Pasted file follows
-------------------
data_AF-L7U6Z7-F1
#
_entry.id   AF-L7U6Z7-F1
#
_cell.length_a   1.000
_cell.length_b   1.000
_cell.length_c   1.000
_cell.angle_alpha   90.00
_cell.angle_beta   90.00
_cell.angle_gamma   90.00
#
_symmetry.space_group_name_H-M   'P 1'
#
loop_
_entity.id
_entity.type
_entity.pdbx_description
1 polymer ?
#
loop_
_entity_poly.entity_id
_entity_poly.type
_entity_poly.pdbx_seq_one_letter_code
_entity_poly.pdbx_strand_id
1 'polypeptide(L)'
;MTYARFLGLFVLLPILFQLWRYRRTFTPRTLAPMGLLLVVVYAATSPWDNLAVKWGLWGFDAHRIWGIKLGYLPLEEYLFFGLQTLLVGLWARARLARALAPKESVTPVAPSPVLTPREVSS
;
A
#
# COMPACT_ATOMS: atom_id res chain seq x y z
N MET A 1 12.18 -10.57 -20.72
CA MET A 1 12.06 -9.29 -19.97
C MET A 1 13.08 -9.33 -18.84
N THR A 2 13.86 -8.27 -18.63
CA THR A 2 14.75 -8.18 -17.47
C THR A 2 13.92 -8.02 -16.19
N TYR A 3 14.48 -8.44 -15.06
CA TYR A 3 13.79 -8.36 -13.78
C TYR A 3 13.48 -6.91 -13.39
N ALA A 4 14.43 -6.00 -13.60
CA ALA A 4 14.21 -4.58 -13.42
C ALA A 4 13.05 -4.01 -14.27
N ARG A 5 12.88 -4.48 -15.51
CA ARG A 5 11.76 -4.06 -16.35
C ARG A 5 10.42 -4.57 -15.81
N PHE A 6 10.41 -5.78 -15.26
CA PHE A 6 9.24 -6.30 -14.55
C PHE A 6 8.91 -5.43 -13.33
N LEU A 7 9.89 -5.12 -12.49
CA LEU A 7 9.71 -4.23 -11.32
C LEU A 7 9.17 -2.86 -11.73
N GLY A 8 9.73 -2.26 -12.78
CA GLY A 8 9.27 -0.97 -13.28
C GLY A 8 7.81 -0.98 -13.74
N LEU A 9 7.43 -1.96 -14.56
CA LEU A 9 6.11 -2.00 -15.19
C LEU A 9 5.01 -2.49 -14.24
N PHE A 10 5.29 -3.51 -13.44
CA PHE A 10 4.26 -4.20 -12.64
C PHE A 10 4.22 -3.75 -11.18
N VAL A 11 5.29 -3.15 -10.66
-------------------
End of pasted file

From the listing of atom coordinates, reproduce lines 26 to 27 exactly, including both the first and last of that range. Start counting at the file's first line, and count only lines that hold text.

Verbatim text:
;MTYARFLGLFVLLPILFQLWRYRRTFTPRTLAPMGLLLVVVYAATSPWDNLAVKWGLWGFDAHRIWGIKLGYLPLEEYLFFGLQTLLVGLWARARLARALAPKESVTPVAPSPVLTPREVSS
;